Q&A: Electronic Stability Control
- 1 What is electronic stability control (ESC)?
ESC is a vehicle control system comprised of sensors and a microcomputer that continuously monitors how well a vehicle responds to a driver's steering input, selectively applies the vehicle brakes, and modulates engine power to keep the vehicle traveling along the path indicated by the steering wheel position. This technology helps prevent the sideways skidding and loss of control that can lead to rollovers. It can help drivers maintain control during emergency maneuvers when their vehicles otherwise might spin out, or reduce vehicle speed to prevent running off the outside of a curve. The systems are marketed under various names, including dynamic stability control, vehicle stability control and dynamic stability and traction control, among others.
- 2 How does ESC help drivers maintain control?
A driver loses control when the vehicle goes in a direction different from the one the steering wheel position indicates. This typically occurs when a driver tries to turn very hard or turn on a slippery road. Then the vehicle may understeer or oversteer. When it oversteers it turns more than the driver intended because the rear end is spinning or sliding out. When a vehicle understeers it turns less than the driver intended and continues in a forward direction because the front wheels have insufficient traction. ESC can prevent under- and oversteer by selectively braking wheels to produce a counteracting force which helps correct the vehicle's direction of travel. In some cases engine throttle also is reduced.
- 3 How effective is ESC in preventing crashes?
In Institute studies, ESC has been found to reduce fatal single-vehicle crash risk by 49 percent and fatal multiple-vehicle crash risk by 20 percent for cars and SUVs. Many single-vehicle crashes involve rolling over, and ESC effectiveness in preventing rollovers is even more dramatic. It reduces the risk of fatal single-vehicle rollovers by 75 percent for SUVs and by 72 percent for cars. Farmer, C.M. 2010. Effects of electronic stability control on fatal crash risk. Arlington, VA: Insurance Institute for Highway Safety. Federal studies also show large benefits. The National Highway Traffic Safety Administration (NHTSA) estimates the installation of ESC reduces single-vehicle crashes of cars by 32 percent and single-vehicle crashes of SUVs by 57 percent. NHTSA estimates that ESC has the potential to prevent 72 percent of the car rollovers and 64 percent of the SUV rollovers that would otherwise occur in single-vehicle crashes. Sivinski, R. 2011. Crash prevention effectiveness of light-vehicle electronic stability control: an update of the 2007 NHTSA evaluation. Report no. DOT HS-811-486. Washington, DC: U.S. Department of Transportation.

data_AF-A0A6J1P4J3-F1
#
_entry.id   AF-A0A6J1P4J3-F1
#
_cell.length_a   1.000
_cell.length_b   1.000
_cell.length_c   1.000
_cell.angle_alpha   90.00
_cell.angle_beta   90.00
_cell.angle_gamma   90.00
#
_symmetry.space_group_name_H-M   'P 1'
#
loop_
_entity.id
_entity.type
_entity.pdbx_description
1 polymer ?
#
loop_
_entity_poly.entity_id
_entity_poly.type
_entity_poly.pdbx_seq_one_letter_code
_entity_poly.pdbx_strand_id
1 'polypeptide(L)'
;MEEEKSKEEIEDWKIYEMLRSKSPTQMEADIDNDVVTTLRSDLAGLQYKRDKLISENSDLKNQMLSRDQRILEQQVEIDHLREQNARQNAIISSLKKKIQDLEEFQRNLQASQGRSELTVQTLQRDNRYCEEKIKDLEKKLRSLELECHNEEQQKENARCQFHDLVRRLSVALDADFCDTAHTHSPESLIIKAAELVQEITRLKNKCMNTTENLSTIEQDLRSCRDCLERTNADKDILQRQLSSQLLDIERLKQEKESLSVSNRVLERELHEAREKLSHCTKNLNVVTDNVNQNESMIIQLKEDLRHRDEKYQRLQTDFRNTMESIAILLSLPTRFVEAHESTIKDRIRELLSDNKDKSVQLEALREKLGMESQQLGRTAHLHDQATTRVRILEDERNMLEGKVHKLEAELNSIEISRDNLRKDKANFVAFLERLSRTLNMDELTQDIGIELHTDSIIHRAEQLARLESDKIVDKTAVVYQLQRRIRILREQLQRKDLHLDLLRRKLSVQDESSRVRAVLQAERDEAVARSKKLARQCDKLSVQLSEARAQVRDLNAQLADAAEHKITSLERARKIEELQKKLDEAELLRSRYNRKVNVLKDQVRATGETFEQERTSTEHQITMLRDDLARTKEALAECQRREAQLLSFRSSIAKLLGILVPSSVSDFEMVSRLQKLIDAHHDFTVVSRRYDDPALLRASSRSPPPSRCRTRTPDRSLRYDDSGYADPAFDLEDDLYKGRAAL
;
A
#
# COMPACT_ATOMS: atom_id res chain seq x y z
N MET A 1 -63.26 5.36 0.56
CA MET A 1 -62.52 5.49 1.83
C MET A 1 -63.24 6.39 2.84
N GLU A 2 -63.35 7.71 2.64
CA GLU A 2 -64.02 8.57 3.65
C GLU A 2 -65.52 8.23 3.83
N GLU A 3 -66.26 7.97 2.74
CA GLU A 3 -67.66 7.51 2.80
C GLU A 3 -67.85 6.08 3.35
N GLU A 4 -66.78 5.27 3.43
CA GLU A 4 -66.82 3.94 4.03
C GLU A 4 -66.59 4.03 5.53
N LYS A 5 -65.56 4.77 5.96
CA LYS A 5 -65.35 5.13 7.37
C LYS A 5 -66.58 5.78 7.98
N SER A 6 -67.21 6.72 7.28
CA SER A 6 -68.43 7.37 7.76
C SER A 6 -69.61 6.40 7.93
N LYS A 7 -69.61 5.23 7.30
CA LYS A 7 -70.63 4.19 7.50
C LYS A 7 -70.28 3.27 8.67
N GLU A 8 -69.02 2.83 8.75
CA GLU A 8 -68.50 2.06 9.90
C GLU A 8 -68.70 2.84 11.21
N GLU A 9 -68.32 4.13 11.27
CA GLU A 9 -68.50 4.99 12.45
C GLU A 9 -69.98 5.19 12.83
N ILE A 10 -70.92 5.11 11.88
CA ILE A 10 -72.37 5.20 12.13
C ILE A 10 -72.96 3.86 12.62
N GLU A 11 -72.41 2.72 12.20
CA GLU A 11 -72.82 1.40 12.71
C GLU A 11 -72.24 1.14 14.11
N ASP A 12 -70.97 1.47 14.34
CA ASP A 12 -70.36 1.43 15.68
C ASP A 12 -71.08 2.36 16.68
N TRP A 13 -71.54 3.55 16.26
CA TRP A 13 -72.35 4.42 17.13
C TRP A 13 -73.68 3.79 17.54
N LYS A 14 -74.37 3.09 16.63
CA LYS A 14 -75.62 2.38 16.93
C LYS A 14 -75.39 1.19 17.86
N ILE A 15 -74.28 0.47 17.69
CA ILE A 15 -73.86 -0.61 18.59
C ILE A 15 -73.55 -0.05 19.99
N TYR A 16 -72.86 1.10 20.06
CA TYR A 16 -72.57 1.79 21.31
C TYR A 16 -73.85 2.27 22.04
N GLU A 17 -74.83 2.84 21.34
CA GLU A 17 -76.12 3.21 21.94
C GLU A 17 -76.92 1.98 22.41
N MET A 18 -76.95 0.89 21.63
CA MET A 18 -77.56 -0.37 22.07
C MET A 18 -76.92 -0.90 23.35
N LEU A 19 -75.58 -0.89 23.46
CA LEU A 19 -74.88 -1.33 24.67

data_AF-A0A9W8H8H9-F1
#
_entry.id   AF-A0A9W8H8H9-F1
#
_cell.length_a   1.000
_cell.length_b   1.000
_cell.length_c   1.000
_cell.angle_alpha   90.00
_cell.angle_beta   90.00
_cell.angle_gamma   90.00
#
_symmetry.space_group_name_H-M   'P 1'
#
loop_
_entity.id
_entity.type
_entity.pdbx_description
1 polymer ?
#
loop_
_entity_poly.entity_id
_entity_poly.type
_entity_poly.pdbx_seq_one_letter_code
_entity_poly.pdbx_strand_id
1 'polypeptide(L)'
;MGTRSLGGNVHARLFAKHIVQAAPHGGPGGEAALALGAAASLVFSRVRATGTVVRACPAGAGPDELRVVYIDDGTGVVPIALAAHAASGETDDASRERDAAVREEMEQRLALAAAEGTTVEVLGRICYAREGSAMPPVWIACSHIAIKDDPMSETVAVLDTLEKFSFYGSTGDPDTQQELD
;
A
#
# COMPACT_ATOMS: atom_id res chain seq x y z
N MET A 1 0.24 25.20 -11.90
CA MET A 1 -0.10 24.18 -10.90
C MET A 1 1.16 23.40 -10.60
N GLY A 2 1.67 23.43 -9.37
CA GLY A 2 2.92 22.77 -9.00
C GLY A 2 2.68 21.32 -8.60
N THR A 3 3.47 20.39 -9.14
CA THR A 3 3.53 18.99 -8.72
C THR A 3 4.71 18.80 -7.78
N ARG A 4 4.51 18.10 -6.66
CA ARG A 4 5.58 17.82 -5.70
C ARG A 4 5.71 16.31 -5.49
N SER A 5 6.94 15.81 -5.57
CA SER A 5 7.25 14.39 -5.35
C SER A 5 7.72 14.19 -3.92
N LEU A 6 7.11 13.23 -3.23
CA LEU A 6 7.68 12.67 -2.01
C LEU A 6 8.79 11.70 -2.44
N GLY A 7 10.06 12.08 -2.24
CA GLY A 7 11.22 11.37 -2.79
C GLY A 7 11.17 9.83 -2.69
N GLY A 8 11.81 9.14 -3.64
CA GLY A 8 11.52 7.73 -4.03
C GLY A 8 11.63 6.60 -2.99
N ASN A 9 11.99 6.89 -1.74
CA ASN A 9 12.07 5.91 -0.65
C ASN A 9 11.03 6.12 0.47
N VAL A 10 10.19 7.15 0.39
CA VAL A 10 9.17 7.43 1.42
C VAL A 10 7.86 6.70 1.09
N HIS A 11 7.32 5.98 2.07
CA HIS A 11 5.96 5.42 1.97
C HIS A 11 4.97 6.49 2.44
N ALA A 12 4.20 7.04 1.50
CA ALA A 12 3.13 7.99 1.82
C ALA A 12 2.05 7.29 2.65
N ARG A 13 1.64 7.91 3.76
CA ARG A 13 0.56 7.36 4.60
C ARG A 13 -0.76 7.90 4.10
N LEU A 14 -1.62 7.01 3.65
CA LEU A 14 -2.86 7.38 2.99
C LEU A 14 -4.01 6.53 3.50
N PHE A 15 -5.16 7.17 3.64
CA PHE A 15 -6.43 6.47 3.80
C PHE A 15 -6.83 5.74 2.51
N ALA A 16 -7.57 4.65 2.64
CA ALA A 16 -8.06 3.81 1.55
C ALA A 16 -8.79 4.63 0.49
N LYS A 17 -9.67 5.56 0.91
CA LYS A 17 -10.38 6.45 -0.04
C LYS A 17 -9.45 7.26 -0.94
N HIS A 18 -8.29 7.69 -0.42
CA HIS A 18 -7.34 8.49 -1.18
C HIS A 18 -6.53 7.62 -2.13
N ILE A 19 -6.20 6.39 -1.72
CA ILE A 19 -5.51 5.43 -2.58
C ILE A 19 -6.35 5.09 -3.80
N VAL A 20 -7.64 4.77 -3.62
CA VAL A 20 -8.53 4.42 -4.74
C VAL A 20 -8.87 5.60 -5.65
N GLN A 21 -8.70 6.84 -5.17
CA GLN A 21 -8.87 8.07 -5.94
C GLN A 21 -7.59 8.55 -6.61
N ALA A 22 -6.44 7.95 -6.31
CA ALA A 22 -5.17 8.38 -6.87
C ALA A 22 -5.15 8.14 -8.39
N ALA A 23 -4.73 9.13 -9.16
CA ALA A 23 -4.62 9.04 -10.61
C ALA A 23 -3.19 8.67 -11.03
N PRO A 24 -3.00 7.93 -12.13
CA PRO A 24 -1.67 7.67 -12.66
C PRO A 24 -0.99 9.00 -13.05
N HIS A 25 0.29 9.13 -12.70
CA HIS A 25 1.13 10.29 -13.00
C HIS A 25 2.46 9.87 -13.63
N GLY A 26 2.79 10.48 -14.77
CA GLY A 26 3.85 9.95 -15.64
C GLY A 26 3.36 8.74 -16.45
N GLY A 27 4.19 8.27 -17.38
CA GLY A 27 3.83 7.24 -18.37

ESC also has great potential to prevent rollover crashes of large trucks.. NHTSA estimates that ESC on large trucks could prevent 40 to 56 percent of rollovers and 14 percent of loss-of-control crashes. Wang, J.S. 2011. Effectiveness of stability control systems for truck tractors. Report no. DOT HS-811-437. Washington, DC: Department of Transportation.
- 4 Does ESC activate in typical everyday driving?
For most drivers ESC isn't likely to activate frequently. It won't prevent most of the fender-bender crashes that occur so often in stop-and-go traffic, for example. It's designed to help a driver in the relatively rare event of loss of control at high speed or on a slippery road.
- 5 Does the government require ESC?
As of the 2012 model year, the federal government requires ESC in all cars, SUVs, pickups and minivans. Office of the Federal Register. 2007. National Highway Traffic Safety Administration – Final rule. Docket no. NHTSA-2007-27662; 49 CFR Parts 571 and 585 – Federal Motor Vehicle Safety Standards, Electronic stability control systems, Controls and displays. Federal Register, vol. 72, no. 66, pp. 17236-322. Washington, DC: National Archives and Records Administration. A similar requirement has been proposed for large trucks, but it hasn’t yet been finalized.
- 6 How long has ESC been available?
ESC was introduced in 1995 as optional equipment on luxury cars. By the 2001 model year it was standard on a number of high-selling vehicles and available as an option on many more. Since then, automakers have been increasingly equipping vehicles, especially SUVs, with ESC.
NHTSA phased in its ESC rule, requiring the technology on 55 percent of model year 2009 vehicles and increasing the percentage each year until model year 2012, when manufacturers had to equip all their passenger vehicles with ESC. Office of the Federal Register. 2007. National Highway Traffic Safety Administration – Final rule. Docket no. NHTSA-2007-27662; 49 CFR Parts 571 and 585 – Federal Motor Vehicle Safety Standards, Electronic stability control systems, Controls and displays. Federal Register, vol. 72, no. 66, pp. 17236-322. Washington, DC: National Archives and Records Administration. Prior to 2012, the Institute required vehicles to have ESC in order to qualify for a TOP SAFETY PICK award.
Vehicles equipped with electronic stability control — 1996-2011 models years
- 7 Can ESC help reduce insurance losses?
Yes. Losses under collision coverage are about 15 percent lower for vehicles with ESC than for predecessor models without it, according to an analysis by the Highway Loss Data Institute. ESC doesn't have much effect on liability claims filed when an at-fault driver damages someone else's car or property or the frequency of personal injury claims filed to cover medical expenses.